Over a 2-year period, 174 women were screened for participation with 152 recruited to the trial. Enrolment was carried out as detailed in figure 1. Of the six women who withdrew from the RCT following treatment allocation (before start of treatment), five were subsequently recruited to the PPT. In total, 72 women participated in the RCT (47%) and 80 (53%) in the PPT. Three women withdrew during the trial: one from the RCT and two from the PPT. One woman who withdrew from the PPT (on day 2) agreed for data already collected to be used. Among the women declining randomisation but recruited to the PPT common reasons for declining randomisation were: no childcare at home (requested ambulatory), unable to care for children when unwell (requested IP), unable to travel to and from the hospital daily (requested IP), work commitments (requested ambulatory) and felt too unwell to go home (requested IP).
Participant characteristics for all women are shown in table 1. Comparison of randomised and non-randomised groups did not identify any statistically or clinically significant differences in population characteristics. There was no difference in age at presentation, gestation at presentation, BMI at presentation, gravidity, parity, ethnicity, employment status, PUQE score at presentation, eating score at presentation, drinking score at presentation, well-being score at presentation, previous hospital attendance for NVP in current pregnancy, previous hospital treatment in current pregnancy and number taking oral antiemetics at the time of recruitment.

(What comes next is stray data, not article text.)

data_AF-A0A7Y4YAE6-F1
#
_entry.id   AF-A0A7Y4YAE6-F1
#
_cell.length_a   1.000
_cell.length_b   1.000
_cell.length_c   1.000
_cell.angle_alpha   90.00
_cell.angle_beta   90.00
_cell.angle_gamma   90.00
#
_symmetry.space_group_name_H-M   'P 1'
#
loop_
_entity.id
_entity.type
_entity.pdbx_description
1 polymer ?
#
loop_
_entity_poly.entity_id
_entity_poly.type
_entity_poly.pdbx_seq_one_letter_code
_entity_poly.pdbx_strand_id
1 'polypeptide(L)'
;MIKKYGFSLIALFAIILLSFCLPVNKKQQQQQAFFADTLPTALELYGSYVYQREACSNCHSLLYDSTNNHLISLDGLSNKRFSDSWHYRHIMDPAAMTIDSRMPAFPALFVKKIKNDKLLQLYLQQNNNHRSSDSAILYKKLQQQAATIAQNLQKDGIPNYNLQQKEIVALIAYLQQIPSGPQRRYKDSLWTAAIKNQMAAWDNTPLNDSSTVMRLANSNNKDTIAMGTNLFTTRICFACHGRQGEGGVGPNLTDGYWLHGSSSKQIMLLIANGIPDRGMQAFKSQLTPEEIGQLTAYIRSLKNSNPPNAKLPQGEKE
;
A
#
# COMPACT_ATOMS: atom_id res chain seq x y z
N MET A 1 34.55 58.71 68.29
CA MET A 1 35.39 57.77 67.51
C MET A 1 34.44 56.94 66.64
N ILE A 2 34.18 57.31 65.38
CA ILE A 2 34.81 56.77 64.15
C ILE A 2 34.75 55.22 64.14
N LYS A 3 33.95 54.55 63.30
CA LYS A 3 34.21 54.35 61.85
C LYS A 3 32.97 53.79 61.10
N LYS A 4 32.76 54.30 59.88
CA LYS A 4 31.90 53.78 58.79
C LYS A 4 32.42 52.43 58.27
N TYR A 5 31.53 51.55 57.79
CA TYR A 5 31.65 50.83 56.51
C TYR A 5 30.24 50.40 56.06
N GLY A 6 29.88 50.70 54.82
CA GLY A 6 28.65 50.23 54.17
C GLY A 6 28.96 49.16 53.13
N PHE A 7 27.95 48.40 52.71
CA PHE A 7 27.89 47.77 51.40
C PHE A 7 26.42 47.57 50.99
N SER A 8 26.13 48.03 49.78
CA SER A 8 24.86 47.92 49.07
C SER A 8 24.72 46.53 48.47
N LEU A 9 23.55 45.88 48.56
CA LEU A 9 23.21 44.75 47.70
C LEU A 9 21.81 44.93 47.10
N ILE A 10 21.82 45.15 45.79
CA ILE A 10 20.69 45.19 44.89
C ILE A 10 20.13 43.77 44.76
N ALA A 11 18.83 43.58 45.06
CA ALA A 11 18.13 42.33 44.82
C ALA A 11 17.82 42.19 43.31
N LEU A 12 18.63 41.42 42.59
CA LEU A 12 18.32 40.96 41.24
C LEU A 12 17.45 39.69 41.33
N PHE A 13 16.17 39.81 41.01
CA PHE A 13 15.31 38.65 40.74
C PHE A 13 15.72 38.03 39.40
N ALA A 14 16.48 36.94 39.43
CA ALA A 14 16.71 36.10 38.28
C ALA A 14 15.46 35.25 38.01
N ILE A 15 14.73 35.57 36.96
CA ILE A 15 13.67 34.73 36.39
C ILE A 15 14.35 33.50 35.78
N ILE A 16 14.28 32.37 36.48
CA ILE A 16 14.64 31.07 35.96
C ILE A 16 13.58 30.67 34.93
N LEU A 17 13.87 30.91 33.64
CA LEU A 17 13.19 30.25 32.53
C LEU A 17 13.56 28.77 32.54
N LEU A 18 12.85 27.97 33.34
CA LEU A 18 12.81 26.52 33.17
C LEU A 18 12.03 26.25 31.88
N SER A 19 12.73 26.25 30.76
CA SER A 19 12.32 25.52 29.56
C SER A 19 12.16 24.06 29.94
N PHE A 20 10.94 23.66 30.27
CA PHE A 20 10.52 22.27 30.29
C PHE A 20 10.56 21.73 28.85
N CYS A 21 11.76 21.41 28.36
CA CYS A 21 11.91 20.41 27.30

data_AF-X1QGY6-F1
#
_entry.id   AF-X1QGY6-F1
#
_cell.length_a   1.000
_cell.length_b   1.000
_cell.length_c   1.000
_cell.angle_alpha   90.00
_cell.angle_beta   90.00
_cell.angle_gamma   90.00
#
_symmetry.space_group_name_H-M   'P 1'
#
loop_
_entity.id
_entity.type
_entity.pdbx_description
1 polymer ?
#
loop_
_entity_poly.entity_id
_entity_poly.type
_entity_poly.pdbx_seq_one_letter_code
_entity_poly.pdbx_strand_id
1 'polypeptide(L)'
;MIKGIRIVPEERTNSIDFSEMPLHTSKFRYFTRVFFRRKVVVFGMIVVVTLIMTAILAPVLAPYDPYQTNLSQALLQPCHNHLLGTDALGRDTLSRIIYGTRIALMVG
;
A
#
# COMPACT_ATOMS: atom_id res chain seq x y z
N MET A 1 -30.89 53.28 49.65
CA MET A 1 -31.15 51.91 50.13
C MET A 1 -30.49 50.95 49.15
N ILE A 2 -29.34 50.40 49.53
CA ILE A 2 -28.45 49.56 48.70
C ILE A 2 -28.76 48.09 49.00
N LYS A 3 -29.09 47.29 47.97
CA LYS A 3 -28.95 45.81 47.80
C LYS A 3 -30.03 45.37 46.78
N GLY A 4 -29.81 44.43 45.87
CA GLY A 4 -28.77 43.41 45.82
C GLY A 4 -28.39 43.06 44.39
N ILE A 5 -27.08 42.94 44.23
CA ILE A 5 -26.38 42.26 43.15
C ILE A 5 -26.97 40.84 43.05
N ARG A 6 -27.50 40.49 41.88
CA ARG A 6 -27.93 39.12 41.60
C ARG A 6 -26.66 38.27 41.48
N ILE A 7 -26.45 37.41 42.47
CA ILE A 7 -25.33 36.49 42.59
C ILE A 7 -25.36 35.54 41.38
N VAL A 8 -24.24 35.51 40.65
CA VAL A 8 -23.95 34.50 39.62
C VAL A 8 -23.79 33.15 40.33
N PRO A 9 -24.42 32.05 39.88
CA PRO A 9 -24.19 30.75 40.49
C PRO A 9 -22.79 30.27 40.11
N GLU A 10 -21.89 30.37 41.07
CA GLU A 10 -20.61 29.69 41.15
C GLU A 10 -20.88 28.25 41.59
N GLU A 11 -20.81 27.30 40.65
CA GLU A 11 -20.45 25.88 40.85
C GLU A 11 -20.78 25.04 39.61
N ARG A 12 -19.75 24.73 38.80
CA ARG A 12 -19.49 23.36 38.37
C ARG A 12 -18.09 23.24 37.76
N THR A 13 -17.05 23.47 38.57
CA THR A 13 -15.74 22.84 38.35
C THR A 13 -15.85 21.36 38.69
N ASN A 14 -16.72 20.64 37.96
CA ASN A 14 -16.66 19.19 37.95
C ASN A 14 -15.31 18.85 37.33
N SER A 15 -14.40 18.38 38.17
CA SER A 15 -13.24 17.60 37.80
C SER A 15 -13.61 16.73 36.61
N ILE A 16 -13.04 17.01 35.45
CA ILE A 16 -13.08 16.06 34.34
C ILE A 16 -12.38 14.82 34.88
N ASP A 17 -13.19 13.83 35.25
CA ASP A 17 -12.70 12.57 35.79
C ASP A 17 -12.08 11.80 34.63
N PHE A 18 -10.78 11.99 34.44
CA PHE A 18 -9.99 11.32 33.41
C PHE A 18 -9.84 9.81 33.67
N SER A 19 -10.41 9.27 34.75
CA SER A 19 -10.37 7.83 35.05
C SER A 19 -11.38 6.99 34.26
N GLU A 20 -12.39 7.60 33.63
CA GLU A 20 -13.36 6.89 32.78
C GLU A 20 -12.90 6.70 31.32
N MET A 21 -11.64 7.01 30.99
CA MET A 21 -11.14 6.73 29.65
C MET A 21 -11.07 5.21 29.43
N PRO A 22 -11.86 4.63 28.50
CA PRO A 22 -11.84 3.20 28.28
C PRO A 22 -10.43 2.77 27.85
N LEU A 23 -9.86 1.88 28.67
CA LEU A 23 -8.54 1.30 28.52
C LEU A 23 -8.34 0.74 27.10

In comparison of treatment groups (IP and OP), there was a small difference in PUQE score at presentation between women in the PPT IP group who had a mean score 1.3 points higher than the those in the PPT ambulatory group. Women in the non-randomised group who opted for IP care had the highest presenting PUQE score overall (mean 13.7).